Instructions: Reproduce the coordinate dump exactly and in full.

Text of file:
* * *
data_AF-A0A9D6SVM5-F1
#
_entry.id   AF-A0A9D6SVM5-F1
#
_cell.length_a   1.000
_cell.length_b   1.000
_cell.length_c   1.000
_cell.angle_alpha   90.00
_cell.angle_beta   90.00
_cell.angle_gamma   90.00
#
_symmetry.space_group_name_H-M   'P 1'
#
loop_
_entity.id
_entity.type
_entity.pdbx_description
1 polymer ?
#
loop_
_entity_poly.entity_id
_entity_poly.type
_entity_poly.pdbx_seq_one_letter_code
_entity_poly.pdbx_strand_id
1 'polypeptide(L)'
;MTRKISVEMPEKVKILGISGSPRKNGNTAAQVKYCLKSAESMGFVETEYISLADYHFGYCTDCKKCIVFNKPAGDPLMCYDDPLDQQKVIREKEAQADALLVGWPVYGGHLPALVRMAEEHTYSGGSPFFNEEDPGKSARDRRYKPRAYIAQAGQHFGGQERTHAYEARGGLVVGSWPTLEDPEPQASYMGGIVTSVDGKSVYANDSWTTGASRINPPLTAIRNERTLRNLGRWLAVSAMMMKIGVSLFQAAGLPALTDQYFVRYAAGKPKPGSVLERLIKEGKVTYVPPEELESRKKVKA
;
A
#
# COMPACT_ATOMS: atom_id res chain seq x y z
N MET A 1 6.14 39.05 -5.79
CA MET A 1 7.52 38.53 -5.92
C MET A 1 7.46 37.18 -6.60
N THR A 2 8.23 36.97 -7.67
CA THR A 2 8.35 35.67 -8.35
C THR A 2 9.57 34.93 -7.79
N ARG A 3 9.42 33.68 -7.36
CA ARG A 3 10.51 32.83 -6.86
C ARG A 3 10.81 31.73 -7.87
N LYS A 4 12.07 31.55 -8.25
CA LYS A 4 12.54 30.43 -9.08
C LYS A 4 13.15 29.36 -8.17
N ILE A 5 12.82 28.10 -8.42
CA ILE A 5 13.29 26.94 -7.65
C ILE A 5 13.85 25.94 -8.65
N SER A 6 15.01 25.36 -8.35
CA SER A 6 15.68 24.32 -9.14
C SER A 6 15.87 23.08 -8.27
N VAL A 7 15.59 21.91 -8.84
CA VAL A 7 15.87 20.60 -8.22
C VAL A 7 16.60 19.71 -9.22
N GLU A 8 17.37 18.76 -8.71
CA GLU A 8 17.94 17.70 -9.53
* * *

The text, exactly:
data_AF-A0A9D6SVM5-F1
#
_entry.id   AF-A0A9D6SVM5-F1
#
_cell.length_a   1.000
_cell.length_b   1.000
_cell.length_c   1.000
_cell.angle_alpha   90.00
_cell.angle_beta   90.00
_cell.angle_gamma   90.00
#
_symmetry.space_group_name_H-M   'P 1'
#
loop_
_entity.id
_entity.type
_entity.pdbx_description
1 polymer ?
#
loop_
_entity_poly.entity_id
_entity_poly.type
_entity_poly.pdbx_seq_one_letter_code
_entity_poly.pdbx_strand_id
1 'polypeptide(L)'
;MTRKISVEMPEKVKILGISGSPRKNGNTAAQVKYCLKSAESMGFVETEYISLADYHFGYCTDCKKCIVFNKPAGDPLMCYDDPLDQQKVIREKEAQADALLVGWPVYGGHLPALVRMAEEHTYSGGSPFFNEEDPGKSARDRRYKPRAYIAQAGQHFGGQERTHAYEARGGLVVGSWPTLEDPEPQASYMGGIVTSVDGKSVYANDSWTTGASRINPPLTAIRNERTLRNLGRWLAVSAMMMKIGVSLFQAAGLPALTDQYFVRYAAGKPKPGSVLERLIKEGKVTYVPPEELESRKKVKA
;
A
#
# COMPACT_ATOMS: atom_id res chain seq x y z
N MET A 1 6.14 39.05 -5.79
CA MET A 1 7.52 38.53 -5.92
C MET A 1 7.46 37.18 -6.60
N THR A 2 8.23 36.97 -7.67
CA THR A 2 8.35 35.67 -8.35
C THR A 2 9.57 34.93 -7.79
N ARG A 3 9.42 33.68 -7.36
CA ARG A 3 10.51 32.83 -6.86
C ARG A 3 10.81 31.73 -7.87
N LYS A 4 12.07 31.55 -8.25
CA LYS A 4 12.54 30.43 -9.08
C LYS A 4 13.15 29.36 -8.17
N ILE A 5 12.82 28.10 -8.42
CA ILE A 5 13.29 26.94 -7.65
C ILE A 5 13.85 25.94 -8.65
N SER A 6 15.01 25.36 -8.35
CA SER A 6 15.68 24.32 -9.14
C SER A 6 15.87 23.08 -8.27
N VAL A 7 15.59 21.91 -8.84
CA VAL A 7 15.87 20.60 -8.22
C VAL A 7 16.60 19.71 -9.22
N GLU A 8 17.37 18.76 -8.71
CA GLU A 8 17.94 17.70 -9.53